Today the University is a world-class research institution with over 40,000 students enrolled in 17 schools or colleges including Arts and Sciences (with departments from the arts to zoology), 15 professional schools, and the Graduate School that serves as a coordinating point for over 11,000 grads.
The University has considerable interest in Arctic studies and research that ranges from the hard sciences to language acquisition to current exchanges with northern organizations including strong ties between the UW and Canada’s northern peoples.
Benjamin Fitzhugh, Anthropology, has a National Science Foundation grant to study the archaeological record of human adaptation to maritime and arctic environments in southern Alaska (including 4 summer field school classes) and in the subarctic Kuril Islands south of Russia’s Kamchatka Peninsula. Vincent Gallucci, Aquatic and Fishery Sciences, through the Shark Study Laboratory, does research on shark species found in the waters of Washington, British Columbia and the Bering Sea. At the Polar Science Center researchers observe and model the physical processes that control the nature and distribution of sea ice and polar ice sheets, the structure and movement of high-latitude oceans, and the interactions between air, sea, ice and biota. This includes research by Kristin Laidre who studies habitat relationships between Arctic whales and climate, mostly in Greenland and with a current focus on the narwhal and Harry Stern, a mathematician who measures sea ice motion and thickness primarily in the Canadian Arctic.
In the Michael Foster School of Business, Jonathan Karpoff has been involved with research on economies in Alaska including the structure and performance of the Alaska Native Settlement Act corporations, the Alaska salmon fisheries, and most recently brought a group of students to the Arctic National Wildlife Refuge to study the potential economic and environmental impacts of oil drilling.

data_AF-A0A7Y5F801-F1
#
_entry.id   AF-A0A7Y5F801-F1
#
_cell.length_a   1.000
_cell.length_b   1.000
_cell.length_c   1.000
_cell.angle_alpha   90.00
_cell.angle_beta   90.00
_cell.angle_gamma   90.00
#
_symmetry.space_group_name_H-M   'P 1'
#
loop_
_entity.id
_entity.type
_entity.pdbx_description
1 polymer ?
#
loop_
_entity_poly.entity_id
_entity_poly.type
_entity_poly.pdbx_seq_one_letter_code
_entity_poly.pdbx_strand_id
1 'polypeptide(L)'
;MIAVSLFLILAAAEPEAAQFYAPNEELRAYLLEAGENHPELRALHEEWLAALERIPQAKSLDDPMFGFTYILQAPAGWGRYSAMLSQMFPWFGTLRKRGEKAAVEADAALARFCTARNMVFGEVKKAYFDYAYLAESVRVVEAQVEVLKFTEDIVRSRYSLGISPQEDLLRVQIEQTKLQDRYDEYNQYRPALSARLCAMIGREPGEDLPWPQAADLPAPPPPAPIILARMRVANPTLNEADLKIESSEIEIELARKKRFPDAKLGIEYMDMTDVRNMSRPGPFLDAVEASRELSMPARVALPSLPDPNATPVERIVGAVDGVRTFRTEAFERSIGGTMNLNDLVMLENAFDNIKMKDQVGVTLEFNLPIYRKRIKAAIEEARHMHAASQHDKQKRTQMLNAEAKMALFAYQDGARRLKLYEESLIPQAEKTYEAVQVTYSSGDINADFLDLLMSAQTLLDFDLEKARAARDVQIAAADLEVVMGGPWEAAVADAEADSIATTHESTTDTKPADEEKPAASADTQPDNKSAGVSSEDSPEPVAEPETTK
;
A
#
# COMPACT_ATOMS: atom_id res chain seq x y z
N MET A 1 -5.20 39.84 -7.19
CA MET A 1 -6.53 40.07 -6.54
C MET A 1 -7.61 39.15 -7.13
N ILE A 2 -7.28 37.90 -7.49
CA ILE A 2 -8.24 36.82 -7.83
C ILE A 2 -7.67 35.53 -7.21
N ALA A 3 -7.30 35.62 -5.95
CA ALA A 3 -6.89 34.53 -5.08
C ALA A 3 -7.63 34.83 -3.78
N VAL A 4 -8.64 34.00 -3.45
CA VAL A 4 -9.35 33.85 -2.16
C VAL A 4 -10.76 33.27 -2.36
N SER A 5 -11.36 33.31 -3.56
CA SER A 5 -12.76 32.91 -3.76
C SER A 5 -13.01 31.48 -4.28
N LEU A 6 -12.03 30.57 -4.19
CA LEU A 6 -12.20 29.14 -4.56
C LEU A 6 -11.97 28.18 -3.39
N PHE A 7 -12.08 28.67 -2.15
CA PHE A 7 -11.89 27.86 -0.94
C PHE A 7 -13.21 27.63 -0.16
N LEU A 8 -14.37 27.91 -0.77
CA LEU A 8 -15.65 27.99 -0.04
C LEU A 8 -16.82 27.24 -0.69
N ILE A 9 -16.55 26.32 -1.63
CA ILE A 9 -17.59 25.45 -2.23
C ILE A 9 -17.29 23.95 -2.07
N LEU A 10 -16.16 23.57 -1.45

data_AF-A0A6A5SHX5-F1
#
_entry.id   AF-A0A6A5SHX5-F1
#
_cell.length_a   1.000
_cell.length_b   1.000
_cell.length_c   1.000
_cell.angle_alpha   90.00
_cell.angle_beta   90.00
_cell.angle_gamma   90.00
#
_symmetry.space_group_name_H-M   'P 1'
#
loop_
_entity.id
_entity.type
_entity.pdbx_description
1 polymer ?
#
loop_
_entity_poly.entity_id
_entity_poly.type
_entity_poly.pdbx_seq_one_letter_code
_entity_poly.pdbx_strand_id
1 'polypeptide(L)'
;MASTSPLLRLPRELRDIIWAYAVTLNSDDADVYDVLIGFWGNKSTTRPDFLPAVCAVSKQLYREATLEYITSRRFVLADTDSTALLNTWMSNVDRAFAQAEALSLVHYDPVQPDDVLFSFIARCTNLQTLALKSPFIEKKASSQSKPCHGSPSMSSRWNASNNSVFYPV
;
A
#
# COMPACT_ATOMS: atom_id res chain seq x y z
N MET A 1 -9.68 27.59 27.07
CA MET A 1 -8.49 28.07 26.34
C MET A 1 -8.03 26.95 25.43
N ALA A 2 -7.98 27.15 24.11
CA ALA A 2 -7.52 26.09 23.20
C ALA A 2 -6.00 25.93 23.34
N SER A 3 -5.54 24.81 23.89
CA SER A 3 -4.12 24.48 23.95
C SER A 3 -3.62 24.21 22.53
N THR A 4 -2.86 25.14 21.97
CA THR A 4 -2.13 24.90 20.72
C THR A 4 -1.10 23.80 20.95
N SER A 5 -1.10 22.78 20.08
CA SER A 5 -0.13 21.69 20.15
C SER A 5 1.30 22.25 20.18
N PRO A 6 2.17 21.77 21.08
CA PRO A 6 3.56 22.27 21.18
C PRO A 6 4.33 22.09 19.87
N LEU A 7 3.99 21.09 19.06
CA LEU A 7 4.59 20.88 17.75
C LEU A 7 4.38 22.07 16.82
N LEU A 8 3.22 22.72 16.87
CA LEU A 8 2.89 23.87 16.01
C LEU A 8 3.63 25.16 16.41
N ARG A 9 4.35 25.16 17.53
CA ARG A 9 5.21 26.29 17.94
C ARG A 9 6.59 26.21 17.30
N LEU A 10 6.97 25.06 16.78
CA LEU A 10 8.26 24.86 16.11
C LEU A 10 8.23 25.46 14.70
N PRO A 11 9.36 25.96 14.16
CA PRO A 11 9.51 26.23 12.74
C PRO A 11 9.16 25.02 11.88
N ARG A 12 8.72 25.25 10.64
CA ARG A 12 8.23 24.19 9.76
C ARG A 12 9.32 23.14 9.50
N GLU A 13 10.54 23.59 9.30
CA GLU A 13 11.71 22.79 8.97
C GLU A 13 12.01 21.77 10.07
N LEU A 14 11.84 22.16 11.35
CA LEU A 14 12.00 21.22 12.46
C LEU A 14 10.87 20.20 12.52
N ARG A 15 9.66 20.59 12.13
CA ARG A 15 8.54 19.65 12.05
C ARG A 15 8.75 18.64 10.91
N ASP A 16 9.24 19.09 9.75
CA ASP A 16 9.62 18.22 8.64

The Canadian Studies Center, Henry M. Jackson School of International Studies (where membership in UArctic will be housed) has a strong Arctic focus and commitment. The Center is the first in the nation to award a Foreign Language and Area Studies Fellowship to a student studying Inuktitut, the Inuit language. For the past four years Tim Pasch, Communication, has worked with Inuktitut experts and native speakers from Nunavut and Nunavik (via a video conferencing system) to gain language fluency. He spent the summer of 2007 researching the impact of the internet on Inuktitut in Nunavik, Arctic Québec, as part of a Foreign Affairs, Canada grant.
The Center works closely with Native Voices, an aboriginal documentary filmmaking program, founded and headed up by Center Chair, Daniel Hart, American Indian Studies. Native Voices works closely with Inuit filmmakers from Canada frequently bringing guests to the region. Center Associate Director, Nadine Fabbi, teaches Native Studies 380: Aboriginal Peoples of the North at the University of Alberta each summer and also does extensive lecturing and writing about the history of contact in the North, Canadian Inuit governance movements, etc. Dan and Nadine are currently working very closely with the Makivik Corporation and the Avataq Cultural Institute to create stronger ties between the UW and Nunavik and to bring enhanced opportunities to aboriginal students at both locations.
Now that the UW is officially a member of UArctic, the first plan of action is to institute a Circumpolar Major at the University to benefit students from across campus as well as to begin to involve graduate students in northern research opportunities. The Canadian Studies Center and University of Washington both greatly appreciate being accepted for membership by the Council and hope to contribute to the already fine and well-established reputation of UArctic.
For more information on the Center or University see:
Canadian Studies Center
University of Washington